There are many reasons why dogs end up in an animal shelter and often it’s about the owner’s circumstances, rather than the dog’s fault. Moving house, changing jobs, divorce or a new baby can all make dog-ownership challenging, and many owners take their dog to a rescue center with a heavy heart. This means that there’s more choice than you might expect, including family-friendly breeds, as well as puppies and adult dogs.
Before doing a pet rescue or before rehoming a dog, a home check should be done by a vet or animal charity staff, as they will have lots of practical advice to help make it a smooth transition. A comfortable dog bed is a must, and some rescue dogs also prefer to sleep in a dog crate.
Make sure to get as much information as possible from the rehoming center to help prepare for any unique behaviors, and likes and dislikes of your chosen dog.
Here are more useful tips on how to get your home and garden ready:
- Do as much preparation in advance as you can. Decide where your dog is going to rest and sleep, and stock up on suitable bedding. Make sure you have food and water bowls and check what your rescue dog is currently being fed. If you want to change to a different kind of food, always make any changes gradually.
- Make introductions to the rest of the family in a calm, controlled way – and keep your rescue dog on a lead at first, if you need to.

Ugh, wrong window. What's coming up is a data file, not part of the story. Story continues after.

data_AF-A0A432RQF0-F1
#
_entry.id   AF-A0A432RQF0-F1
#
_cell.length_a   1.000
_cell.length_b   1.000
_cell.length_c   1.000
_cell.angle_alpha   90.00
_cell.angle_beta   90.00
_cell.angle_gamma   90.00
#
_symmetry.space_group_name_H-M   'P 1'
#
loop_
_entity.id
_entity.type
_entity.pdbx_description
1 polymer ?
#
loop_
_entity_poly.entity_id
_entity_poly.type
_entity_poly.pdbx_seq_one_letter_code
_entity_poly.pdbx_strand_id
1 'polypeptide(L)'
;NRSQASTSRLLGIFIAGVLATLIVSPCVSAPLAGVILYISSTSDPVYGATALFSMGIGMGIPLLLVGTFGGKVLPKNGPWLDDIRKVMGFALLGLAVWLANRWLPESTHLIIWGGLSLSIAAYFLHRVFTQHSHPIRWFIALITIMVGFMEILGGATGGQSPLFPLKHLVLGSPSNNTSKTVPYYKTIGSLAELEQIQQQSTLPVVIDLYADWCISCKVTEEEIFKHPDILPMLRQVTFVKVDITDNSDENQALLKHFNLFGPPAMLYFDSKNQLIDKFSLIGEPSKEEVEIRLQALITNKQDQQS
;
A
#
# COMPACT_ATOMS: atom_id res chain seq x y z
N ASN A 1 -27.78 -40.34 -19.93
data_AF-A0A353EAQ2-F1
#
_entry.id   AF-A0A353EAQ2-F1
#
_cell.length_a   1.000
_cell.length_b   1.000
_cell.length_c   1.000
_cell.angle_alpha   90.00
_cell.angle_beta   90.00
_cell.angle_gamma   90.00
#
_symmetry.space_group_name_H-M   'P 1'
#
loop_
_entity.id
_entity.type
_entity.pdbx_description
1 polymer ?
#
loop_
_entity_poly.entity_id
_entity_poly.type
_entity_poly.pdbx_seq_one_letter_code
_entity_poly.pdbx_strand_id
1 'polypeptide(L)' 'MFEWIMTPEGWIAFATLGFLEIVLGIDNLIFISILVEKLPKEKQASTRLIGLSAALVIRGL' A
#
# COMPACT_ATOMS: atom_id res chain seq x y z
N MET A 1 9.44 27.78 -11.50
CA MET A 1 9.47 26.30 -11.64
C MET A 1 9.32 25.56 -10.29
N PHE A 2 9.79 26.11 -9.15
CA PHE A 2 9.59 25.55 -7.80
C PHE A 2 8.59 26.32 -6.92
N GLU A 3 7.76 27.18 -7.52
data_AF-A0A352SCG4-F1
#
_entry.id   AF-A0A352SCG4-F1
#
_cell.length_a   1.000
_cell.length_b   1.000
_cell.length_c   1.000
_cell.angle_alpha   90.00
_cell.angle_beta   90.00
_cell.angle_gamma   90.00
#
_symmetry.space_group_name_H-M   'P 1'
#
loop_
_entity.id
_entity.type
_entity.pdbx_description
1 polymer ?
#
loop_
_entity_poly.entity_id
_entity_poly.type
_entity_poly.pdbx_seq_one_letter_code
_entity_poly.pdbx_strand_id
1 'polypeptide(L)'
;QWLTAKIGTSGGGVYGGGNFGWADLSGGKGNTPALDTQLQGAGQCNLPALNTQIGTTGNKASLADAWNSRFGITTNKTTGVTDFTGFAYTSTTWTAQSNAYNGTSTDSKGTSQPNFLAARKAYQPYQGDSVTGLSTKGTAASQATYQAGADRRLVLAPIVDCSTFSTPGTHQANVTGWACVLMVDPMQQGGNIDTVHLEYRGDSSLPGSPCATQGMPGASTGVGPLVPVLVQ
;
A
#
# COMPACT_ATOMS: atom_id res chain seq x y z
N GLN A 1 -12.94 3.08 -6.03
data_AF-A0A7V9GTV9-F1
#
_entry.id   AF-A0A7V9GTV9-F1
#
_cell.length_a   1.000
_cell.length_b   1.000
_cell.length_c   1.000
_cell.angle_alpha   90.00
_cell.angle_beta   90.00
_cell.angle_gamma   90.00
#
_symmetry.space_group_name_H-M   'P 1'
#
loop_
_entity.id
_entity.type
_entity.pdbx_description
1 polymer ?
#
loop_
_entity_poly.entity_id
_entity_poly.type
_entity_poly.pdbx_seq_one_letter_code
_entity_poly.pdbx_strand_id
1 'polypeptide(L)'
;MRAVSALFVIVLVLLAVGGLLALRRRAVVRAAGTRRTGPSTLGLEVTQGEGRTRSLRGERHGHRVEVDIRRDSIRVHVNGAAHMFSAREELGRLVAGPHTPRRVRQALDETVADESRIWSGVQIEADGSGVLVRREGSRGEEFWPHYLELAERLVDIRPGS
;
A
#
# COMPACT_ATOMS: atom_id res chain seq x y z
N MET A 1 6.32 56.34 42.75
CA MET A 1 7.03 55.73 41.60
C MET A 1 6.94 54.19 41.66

- Introduce your new dog to any existing pets in neutral territory – with existing dogs, you could meet in the park then bring them both home together, or take the other dog to the rescue center to make sure both dogs get on. If that’s not possible, make the first introductions in the garden, rather than indoors.
- When it comes to bedtime, I would jump right in and start as you mean to go on. If you let your new dog sleep in your bedroom on the first night, do you want him at the bottom of your bed forever? Being very clear about house rules from day one is much better for your pet’s long-term emotional stability.
- Focus on the rules and routines first, and a positive relationship will naturally follow. It’s all about striking the right balance between setting boundaries and developing a bond.
- Be consistent – it’s important for any dog, but especially so for a rescue dog that may have experienced lots of inconsistencies in its care.
Now that you have done your pet rescue and you have brought that dog to safety, you also need to make sure that you have a pet insurance policy for unexpected circumstances. Having pet insurance like the Insurance Market PetCare Exclusive or PetCare Plus can make things easy for you and your dog for as low as S$984 for year one. Get in touch with us today at insurancemarket.sg to know more about it!